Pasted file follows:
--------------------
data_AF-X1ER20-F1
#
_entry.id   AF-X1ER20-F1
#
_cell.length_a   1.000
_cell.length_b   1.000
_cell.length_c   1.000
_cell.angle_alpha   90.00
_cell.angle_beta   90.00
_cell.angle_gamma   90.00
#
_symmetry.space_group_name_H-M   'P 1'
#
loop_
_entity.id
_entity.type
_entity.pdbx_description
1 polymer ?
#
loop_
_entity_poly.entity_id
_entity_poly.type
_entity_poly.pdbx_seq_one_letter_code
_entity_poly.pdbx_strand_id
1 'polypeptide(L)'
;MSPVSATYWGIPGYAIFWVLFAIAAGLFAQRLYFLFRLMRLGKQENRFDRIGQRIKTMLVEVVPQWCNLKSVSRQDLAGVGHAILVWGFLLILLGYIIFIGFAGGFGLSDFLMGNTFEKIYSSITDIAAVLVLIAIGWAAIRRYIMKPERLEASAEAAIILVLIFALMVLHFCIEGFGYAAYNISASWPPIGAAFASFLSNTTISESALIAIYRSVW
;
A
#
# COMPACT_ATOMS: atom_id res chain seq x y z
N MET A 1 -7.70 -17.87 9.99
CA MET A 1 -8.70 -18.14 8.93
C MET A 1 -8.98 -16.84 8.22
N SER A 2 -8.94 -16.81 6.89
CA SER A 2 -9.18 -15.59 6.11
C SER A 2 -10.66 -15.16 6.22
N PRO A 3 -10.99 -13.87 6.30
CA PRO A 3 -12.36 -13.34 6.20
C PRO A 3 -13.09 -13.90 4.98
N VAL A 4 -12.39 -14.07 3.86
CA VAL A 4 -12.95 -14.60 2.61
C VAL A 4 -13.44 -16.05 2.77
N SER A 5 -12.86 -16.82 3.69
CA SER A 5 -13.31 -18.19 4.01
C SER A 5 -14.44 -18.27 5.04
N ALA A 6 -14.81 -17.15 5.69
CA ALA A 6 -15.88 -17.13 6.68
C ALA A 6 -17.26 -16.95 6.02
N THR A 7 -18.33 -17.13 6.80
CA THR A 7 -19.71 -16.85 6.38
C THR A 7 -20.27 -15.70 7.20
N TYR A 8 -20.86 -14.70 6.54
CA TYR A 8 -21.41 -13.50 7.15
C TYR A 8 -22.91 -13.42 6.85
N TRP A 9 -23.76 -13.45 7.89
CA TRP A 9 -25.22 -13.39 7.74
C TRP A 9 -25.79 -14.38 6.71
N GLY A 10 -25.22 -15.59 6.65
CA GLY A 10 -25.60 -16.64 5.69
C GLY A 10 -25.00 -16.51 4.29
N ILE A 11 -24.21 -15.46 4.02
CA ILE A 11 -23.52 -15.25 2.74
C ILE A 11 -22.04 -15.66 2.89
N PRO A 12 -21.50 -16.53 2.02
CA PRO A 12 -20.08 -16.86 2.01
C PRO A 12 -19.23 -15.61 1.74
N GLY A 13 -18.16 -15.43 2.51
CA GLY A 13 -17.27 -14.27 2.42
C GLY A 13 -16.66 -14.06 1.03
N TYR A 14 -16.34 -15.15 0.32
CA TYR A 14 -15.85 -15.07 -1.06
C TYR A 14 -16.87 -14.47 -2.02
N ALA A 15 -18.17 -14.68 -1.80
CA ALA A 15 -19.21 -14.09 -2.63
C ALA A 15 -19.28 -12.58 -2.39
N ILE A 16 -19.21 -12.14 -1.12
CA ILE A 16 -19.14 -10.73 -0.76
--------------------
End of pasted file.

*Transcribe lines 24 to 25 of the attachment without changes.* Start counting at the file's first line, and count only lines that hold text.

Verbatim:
_entity_poly.pdbx_strand_id
1 'polypeptide(L)'